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NIH-Supported Study Looks for Earliest Changes in the Brain That May Lead to Alzheimer's Disease
Volunteers are being sought for a clinical study examining the subtle changes that may take place in the brains of older people many years before overt symptoms of Alzheimer's disease appear. Researchers are looking for people with the very earliest complaints of memory problems that affect their daily activities. The study will follow participants over time, using imaging techniques developed to advance research into changes taking place in the structure and function of the living brain, as well as biomarker measures found in blood and cerebrospinal fluid.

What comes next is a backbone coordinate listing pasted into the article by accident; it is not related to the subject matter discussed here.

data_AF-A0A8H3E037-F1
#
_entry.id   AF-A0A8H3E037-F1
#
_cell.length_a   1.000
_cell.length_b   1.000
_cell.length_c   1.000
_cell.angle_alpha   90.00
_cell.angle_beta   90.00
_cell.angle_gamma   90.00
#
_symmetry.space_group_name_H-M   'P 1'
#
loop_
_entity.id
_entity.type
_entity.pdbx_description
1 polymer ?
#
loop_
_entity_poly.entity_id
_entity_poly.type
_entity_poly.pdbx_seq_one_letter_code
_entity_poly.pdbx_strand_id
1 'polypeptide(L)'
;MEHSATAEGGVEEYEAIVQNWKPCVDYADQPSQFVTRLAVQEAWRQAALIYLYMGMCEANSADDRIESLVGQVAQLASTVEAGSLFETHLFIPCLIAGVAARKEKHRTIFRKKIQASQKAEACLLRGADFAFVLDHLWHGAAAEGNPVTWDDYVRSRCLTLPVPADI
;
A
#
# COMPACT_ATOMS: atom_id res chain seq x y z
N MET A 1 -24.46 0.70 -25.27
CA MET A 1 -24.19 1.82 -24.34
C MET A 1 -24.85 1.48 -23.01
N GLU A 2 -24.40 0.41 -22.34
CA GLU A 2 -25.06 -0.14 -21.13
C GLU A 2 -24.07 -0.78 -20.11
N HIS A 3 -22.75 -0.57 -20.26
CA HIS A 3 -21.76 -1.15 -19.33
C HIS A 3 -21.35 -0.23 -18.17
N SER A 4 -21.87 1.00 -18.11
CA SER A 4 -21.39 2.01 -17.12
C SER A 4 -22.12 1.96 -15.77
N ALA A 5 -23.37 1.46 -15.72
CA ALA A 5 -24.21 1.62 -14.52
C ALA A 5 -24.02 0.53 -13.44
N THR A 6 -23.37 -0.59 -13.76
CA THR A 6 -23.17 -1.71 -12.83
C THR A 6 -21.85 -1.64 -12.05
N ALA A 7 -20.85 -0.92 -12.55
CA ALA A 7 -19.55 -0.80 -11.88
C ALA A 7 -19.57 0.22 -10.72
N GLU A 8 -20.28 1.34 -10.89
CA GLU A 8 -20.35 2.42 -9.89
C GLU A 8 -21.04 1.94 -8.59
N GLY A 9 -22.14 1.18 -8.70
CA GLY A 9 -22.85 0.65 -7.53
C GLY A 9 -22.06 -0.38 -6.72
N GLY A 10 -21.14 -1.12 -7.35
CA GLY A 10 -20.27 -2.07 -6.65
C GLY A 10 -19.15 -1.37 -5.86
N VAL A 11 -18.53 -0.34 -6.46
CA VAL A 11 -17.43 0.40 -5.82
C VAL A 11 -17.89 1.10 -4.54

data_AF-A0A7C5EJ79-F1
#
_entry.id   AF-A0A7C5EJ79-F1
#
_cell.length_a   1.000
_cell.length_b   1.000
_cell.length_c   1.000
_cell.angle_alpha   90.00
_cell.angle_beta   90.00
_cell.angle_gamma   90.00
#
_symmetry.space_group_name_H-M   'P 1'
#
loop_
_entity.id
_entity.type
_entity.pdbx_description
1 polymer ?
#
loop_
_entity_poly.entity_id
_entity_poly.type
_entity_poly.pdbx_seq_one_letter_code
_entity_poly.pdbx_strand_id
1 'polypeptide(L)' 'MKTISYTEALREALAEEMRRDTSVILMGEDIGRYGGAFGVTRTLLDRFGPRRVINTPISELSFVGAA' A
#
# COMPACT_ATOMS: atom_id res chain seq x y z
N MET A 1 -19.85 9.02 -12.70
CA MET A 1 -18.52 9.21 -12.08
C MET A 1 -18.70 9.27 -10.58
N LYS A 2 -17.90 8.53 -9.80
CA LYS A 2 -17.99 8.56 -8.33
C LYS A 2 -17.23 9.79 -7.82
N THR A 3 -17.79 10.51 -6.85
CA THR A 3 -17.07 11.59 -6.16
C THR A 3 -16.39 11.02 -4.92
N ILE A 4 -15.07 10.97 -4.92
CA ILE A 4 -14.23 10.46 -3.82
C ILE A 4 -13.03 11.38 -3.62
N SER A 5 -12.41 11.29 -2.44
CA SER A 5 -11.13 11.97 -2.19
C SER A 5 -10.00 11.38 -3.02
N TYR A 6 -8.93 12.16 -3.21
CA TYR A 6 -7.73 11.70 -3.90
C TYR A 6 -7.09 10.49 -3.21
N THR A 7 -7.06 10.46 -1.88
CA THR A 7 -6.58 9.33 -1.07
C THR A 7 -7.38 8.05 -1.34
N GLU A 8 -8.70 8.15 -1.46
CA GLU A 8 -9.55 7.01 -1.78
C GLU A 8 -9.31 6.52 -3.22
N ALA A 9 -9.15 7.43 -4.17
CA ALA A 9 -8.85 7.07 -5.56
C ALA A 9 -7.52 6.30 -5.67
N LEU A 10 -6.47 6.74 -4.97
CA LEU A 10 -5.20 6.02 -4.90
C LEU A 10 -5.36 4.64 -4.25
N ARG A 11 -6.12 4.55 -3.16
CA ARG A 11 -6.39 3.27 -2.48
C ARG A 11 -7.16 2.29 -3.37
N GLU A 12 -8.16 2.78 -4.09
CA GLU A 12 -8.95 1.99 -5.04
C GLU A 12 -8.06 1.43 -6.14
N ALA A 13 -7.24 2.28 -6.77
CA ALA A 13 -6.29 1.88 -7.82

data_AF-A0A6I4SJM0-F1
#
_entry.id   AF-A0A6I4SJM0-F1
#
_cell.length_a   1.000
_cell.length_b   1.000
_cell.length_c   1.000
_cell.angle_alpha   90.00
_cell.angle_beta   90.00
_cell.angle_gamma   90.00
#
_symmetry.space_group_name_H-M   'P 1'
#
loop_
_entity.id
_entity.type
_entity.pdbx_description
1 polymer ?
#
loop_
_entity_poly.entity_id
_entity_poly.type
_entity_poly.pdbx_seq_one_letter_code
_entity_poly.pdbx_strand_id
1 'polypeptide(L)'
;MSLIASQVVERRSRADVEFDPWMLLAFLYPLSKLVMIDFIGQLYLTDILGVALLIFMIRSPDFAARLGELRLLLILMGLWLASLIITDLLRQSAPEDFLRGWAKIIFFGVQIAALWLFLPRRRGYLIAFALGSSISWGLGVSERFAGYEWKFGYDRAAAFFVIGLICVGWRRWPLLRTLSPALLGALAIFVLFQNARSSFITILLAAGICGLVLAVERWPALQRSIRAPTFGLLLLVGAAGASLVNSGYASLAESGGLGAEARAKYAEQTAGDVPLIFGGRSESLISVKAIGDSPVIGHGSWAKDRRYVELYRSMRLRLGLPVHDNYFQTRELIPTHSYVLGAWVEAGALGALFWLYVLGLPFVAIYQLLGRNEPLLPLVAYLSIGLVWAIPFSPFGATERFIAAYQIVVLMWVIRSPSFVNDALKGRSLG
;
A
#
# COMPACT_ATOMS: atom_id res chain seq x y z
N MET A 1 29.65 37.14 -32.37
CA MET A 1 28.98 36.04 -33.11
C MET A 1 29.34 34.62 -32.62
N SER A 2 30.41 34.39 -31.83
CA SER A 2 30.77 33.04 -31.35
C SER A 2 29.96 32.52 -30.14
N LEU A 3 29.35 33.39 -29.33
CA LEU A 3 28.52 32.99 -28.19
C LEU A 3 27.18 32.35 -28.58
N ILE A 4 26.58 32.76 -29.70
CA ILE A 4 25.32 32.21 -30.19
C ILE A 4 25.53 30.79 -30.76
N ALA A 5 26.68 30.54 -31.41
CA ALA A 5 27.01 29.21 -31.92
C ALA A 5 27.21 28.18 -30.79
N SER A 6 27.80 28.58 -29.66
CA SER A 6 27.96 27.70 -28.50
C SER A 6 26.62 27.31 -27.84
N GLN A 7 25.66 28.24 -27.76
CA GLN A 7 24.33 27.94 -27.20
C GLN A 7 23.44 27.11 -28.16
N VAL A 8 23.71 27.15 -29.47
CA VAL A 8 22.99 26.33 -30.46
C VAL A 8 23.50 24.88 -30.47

The National Institute on Aging (NIA), part of the National Institutes of Health, and the NIH Office of the Director are funding the $24 million, two-year Alzheimer's Disease Neuroimaging Initiative Grand Opportunity (ADNI-GO) study. Researchers seek to recruit 200 volunteers between the ages of 55 and 90 who may be transitioning from normal cognitive aging to an early stage of amnestic mild cognitive impairment (aMCI), a condition that may progress to Alzheimer's disease. Participants may volunteer at 51 sites across the United States.